With the U.S. Supreme Court set to hear two of its most closely watched cases of the term on Jan. 18, Americans from all 50 states are indicating their support, via this Fix the Court petition, for the justices to release oral argument audio later that very day, as opposed to the typical Friday afternoon release.
One of the Jan. 18 cases, Lee v. Tam, concerns whether offensive-sounding words or phrases – in this case, an all-Asian rock band that calls itself “The Slants” – may be trademarked; the other, Ashcroft v. Abbasi, comprises three consolidated cases that look at whether government officials may be held personally liable for certain post-Sept. 11 detention decisions.
The justices have often said that oral argument is but a small portion of what they consider when deciding a case, but given that it’s also one of only two opportunities per suit (the other being an opinion announcement) in which members of the public, no matter where they live, may hear directly from the justices, Fix the Court and its petition signers “believe that should happen at the soonest available moment.” That same-day transcripts are not always accurate only adds to Fix the Court’s argument.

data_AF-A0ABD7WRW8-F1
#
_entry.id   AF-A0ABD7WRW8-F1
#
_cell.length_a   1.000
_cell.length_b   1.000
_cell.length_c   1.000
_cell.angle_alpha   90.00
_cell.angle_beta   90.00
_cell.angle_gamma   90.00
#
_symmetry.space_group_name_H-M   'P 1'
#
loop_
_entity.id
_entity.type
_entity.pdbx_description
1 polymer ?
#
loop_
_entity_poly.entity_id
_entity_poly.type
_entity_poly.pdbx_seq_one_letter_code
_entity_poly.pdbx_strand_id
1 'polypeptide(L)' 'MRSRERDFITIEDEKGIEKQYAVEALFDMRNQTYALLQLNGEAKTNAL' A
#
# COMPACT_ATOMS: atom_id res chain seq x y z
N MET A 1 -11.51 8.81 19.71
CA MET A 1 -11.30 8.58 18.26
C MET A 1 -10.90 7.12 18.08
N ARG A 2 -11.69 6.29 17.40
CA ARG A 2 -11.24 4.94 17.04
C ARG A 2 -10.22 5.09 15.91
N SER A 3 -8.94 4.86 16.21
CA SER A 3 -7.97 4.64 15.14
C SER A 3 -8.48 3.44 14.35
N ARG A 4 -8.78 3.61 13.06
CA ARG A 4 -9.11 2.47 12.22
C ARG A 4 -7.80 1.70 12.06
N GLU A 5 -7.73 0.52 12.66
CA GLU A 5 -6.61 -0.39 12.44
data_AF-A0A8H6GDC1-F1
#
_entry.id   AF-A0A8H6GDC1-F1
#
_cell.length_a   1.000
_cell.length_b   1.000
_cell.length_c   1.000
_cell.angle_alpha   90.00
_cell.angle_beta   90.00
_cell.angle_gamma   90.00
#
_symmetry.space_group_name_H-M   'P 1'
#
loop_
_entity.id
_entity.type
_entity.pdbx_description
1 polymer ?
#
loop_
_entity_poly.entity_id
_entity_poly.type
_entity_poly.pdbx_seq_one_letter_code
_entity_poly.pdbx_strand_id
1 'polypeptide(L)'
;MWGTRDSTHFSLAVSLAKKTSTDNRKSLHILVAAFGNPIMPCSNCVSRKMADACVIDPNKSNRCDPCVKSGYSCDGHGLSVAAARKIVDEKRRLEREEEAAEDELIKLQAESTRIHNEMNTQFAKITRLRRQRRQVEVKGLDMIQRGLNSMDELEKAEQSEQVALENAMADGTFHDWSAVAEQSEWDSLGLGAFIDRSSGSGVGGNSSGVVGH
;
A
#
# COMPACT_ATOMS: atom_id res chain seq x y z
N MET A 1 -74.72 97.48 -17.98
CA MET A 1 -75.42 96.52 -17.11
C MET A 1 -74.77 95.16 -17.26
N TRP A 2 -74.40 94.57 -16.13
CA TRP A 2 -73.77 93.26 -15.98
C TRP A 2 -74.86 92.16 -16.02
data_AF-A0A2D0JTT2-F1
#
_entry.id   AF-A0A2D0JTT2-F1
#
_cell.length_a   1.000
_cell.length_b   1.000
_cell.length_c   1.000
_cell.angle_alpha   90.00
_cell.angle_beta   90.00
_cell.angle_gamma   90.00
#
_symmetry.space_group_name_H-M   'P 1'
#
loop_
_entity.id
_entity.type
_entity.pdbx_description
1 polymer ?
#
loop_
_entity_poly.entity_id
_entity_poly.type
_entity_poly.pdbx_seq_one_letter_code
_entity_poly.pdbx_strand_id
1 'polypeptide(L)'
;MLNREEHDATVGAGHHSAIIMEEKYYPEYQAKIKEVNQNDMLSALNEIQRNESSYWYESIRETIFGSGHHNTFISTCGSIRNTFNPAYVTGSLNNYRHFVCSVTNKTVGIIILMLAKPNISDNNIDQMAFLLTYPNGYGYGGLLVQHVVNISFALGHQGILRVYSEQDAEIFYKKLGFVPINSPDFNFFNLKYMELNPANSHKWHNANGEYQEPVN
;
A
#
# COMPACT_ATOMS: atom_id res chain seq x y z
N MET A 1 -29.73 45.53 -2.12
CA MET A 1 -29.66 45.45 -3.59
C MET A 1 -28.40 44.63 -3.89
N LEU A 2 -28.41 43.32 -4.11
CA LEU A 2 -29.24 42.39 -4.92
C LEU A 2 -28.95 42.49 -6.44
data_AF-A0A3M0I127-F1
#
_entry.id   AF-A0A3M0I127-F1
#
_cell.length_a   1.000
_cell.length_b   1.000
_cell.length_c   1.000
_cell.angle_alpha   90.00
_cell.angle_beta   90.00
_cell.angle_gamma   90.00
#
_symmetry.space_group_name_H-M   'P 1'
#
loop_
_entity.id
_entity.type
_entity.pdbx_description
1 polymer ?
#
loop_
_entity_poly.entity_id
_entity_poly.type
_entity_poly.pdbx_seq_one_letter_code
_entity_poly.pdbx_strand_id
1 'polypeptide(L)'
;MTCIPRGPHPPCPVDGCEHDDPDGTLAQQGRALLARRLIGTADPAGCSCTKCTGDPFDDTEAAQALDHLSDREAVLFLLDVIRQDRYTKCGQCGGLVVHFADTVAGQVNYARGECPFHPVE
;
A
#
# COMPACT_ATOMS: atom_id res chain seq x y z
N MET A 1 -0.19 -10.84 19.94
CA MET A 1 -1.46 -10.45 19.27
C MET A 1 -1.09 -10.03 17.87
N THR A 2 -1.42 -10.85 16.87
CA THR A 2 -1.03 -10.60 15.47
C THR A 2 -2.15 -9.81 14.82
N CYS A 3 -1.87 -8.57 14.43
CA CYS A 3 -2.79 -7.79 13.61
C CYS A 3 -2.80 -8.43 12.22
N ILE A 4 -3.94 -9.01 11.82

“Less than eight hours after we put the petition online, citizens from every state had signed their names – 1,000 in all – saying that they care about the issues presented in these cases and deserve to hear directly from the justices on argument day,” FTC executive director Gabe Roth said.
“In terms of why the justices have been so reluctant in the last couple of years to release same-day audio, I think it has more to do with the coming changes to the court than anything else,” Roth added. “A new court is formed each time a new justice arrives, so think of what three or four new justices in quick succession would do to the court. Uncertainty yields retrenchment. They have no idea who or what is coming, so they are retreating to a proverbial – and antiquated – corner.”
It has been more than 20 months since the court allowed a same-day audio release for oral argument – April 28, 2015, in Obergefell v. Hodges being the last time – though that’s not counting the first argument of last term,OBB Personenverkehr v. Sachs, for which the court accidentally uploaded audio but within minutes took it down without comment.
As Fix the Court has noted in previous reports, the Supreme Court is severely lacking in transparency when compared to most state and foreign courts of last resort. Same-day audio is released in all but three federal courts of appeals – the others, besides SCOTUS, being the Denver-based 10th Circuit and the Atlanta-based 11th Circuit, though the 11th Circuit has indicated it will being posting same-day audio later this year. No negative consequences from same-day audio have been reported in any of the federal appeals courts.